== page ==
I’ve thought a lot about what I would write in this first letter. I say first, because I intend to write to you in the future (later I’ll tell you about good intentions). Every time I start, I come up short, because – despite knowing your dad for almost thirty years, and sharing many adventures – I keep drawing a blank. What can I tell you that you don’t already know, and what others have not already said better? Even though you are little, you alreadyknow what a fun and funny guy he was. You already know how much – how terrifically much – he loved you and your mom. His many, many friends, from all over the world, have said what a privilege it was to know your dad. What more can I add?
I can try to share with you, from time to time, little things that helped endear him to almost everyone he met. When you are older, I’ll tell you about the time, long ago, that I knew a woman I was dating (a rare occurrence in itself) was not going to work out about because, on first meeting him, she took a dislike to your dad. How could anyone *not* like him?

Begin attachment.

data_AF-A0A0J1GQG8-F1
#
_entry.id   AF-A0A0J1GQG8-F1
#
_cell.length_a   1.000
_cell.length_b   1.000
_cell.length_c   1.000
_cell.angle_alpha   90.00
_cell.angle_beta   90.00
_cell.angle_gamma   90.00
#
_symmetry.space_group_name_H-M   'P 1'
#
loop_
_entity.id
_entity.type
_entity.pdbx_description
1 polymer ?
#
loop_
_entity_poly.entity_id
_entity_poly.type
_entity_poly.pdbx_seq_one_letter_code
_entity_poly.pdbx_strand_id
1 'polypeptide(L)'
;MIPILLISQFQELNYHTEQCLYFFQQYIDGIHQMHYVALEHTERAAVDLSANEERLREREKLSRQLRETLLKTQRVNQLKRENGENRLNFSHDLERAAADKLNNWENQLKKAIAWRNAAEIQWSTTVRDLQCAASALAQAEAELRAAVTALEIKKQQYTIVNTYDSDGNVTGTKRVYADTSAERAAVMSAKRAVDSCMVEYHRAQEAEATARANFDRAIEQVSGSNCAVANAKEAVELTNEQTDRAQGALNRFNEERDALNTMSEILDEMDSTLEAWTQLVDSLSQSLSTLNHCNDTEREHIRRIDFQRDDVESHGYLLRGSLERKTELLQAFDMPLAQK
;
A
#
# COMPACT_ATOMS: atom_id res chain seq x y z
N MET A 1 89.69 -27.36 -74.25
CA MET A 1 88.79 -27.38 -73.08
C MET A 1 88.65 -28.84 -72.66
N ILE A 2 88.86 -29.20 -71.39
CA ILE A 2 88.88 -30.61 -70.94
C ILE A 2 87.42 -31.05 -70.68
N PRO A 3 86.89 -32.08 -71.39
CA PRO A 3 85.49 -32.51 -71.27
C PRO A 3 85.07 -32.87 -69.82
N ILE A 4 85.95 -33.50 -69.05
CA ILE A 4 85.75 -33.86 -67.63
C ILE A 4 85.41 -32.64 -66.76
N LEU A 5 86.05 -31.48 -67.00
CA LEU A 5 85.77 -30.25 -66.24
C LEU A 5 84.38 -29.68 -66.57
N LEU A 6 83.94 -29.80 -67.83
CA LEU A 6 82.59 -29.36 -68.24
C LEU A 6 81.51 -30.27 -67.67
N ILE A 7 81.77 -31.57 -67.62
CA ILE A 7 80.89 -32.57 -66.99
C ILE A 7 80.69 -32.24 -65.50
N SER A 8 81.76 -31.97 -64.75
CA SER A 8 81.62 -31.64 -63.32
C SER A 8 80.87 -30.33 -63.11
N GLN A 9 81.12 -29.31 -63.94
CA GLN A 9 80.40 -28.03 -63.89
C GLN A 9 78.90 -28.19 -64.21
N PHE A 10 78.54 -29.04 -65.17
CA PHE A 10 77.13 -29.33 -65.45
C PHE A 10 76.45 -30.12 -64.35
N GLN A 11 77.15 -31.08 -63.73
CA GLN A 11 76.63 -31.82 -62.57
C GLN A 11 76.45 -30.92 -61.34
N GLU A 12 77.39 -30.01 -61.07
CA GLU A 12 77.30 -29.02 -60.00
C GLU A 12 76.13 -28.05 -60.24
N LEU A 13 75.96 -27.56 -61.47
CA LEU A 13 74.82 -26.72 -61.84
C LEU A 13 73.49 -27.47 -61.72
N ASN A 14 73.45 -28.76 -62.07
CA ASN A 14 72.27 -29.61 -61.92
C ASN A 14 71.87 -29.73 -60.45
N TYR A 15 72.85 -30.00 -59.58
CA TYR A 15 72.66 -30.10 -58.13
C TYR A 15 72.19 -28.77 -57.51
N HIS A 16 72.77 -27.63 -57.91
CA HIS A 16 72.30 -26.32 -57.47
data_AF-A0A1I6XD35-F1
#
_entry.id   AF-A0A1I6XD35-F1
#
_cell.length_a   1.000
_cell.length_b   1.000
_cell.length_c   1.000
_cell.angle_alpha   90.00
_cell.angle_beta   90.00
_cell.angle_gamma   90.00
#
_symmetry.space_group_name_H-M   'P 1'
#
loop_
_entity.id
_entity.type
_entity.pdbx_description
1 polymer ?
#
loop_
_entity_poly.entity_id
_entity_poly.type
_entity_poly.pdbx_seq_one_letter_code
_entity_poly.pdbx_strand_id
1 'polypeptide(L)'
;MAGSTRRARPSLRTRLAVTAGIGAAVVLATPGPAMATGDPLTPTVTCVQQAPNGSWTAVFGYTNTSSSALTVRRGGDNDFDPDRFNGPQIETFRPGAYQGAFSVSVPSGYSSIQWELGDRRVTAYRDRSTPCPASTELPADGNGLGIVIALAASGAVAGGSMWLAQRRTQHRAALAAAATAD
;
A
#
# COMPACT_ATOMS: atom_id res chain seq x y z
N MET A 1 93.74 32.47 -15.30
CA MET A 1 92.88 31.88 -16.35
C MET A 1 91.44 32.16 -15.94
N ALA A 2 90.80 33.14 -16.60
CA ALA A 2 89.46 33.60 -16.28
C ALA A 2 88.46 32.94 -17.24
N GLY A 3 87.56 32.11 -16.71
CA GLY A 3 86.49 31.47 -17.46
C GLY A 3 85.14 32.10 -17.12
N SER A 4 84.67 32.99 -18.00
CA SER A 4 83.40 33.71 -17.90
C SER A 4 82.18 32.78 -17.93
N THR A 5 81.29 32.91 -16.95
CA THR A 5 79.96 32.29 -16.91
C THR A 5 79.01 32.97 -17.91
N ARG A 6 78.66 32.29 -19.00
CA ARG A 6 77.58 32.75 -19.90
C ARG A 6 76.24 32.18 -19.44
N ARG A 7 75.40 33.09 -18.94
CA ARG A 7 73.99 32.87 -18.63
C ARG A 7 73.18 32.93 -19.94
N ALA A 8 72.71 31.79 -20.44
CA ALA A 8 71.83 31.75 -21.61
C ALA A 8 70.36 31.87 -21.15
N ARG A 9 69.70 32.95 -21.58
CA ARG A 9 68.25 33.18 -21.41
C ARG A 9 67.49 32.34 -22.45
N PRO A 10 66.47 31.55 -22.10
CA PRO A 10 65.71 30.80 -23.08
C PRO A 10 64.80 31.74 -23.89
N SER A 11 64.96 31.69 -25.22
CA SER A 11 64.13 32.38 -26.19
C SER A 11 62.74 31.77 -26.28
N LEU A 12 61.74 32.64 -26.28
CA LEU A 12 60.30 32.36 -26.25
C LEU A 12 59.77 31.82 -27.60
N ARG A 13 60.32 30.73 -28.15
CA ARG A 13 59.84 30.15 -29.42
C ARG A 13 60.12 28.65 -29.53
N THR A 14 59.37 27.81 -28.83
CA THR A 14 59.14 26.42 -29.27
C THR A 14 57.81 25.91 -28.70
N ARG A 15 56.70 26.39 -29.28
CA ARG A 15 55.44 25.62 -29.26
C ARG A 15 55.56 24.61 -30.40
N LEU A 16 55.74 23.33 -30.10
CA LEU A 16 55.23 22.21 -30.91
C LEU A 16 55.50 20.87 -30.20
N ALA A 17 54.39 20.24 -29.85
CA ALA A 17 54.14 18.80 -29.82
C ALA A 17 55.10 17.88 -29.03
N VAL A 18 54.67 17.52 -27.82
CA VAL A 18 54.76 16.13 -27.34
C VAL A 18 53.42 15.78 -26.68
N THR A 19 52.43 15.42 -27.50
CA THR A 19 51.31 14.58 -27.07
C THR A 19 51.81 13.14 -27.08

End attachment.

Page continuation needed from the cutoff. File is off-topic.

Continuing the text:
I’ll tell you about things that we did in college, and about trips to Las Vegas and crazy Rockets fans and watching Sports Night and sitting in parks at night discussing world events and playing silly, childish games even after you and my daughter Kate were born.
I’ll tell you that your father was admired for a myriad of reasons. I’ll tell you how he is missed every day by so many people.
But, right now, I want you to give your mommy a big hug. Mommy hugs are the best. Every day, be sure to hug your mommy and tell her you love her. She knows you do, but saying it makes it even nicer. Be sure to play lots with your Grandad Arnie and your Aunt Jessica and all your other relatives.
I had a lot of fun with your dad, and I look forward to having a lot more fun with you.